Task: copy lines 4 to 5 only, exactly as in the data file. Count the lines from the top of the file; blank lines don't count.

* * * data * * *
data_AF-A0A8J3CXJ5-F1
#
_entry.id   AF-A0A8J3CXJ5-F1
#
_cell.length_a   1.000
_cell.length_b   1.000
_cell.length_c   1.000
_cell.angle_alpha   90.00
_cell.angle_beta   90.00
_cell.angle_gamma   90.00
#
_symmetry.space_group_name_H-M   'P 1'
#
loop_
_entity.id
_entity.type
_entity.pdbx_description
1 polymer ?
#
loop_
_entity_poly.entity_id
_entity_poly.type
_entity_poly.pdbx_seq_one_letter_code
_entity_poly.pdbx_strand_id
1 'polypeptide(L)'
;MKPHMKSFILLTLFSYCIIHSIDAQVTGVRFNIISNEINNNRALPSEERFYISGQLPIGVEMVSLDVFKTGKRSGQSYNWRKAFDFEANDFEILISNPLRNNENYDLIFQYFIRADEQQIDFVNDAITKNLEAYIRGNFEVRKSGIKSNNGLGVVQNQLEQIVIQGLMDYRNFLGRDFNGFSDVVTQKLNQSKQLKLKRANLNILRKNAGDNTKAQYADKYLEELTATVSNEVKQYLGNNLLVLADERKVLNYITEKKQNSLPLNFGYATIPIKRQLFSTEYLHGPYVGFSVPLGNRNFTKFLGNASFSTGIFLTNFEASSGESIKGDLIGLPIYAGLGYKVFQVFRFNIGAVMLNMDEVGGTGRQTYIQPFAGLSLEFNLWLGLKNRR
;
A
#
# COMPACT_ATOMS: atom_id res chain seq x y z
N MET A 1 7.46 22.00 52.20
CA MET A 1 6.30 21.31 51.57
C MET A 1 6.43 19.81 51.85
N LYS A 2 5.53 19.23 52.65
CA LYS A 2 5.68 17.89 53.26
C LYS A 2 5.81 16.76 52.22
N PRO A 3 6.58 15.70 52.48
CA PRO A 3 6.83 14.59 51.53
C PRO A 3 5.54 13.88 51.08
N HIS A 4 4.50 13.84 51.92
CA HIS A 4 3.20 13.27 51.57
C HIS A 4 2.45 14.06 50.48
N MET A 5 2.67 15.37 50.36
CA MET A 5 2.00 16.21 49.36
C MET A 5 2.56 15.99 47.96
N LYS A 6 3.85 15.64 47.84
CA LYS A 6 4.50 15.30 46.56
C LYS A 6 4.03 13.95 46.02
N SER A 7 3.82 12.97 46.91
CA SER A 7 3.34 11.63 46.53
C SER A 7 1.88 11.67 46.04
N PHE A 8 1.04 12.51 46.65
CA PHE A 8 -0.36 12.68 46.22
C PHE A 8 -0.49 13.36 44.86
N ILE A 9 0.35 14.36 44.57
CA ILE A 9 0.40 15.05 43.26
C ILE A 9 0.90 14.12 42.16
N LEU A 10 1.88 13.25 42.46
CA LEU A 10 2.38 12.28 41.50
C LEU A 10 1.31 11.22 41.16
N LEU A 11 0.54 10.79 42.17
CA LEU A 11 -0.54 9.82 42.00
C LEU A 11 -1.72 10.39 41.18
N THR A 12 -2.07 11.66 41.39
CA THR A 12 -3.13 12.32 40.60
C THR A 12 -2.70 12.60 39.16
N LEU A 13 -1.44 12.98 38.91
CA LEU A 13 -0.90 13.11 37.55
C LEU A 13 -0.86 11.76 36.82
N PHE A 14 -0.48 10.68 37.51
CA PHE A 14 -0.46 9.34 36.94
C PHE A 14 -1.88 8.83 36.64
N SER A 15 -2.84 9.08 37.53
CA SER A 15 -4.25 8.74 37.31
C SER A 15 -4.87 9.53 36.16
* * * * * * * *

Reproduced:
#
_cell.length_a   1.000